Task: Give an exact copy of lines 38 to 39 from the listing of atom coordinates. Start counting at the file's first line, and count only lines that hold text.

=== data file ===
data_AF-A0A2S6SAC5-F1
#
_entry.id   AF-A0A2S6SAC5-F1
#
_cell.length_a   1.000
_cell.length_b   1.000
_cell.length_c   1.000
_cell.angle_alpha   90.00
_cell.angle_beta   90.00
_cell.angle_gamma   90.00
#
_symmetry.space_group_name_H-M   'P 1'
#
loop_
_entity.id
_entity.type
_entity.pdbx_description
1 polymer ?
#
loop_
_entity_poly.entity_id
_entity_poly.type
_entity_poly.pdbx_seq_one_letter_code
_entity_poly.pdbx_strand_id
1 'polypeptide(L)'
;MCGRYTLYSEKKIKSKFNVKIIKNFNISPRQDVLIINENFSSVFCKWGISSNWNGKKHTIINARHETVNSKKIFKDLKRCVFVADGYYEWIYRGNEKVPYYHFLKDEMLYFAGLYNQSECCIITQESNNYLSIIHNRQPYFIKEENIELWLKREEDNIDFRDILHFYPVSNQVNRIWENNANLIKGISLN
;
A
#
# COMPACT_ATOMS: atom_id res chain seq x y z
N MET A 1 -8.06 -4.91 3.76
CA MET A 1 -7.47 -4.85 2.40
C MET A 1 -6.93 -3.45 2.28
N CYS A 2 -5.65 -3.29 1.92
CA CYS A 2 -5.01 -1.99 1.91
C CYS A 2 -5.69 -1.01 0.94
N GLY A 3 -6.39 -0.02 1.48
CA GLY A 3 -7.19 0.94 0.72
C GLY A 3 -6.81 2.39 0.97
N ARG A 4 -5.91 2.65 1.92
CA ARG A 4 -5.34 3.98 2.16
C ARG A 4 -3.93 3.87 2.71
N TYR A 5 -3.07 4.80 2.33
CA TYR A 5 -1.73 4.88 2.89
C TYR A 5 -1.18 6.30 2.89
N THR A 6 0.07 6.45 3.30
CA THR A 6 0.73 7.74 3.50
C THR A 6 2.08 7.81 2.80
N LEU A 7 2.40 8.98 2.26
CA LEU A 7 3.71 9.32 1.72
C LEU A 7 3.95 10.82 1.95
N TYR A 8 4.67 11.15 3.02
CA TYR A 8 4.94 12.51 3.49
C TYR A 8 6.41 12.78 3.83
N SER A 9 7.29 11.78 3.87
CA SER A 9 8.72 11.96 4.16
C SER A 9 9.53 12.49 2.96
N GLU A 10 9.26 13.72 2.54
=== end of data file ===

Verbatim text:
CA GLY A 3 -7.19 0.94 0.72
C GLY A 3 -6.81 2.39 0.97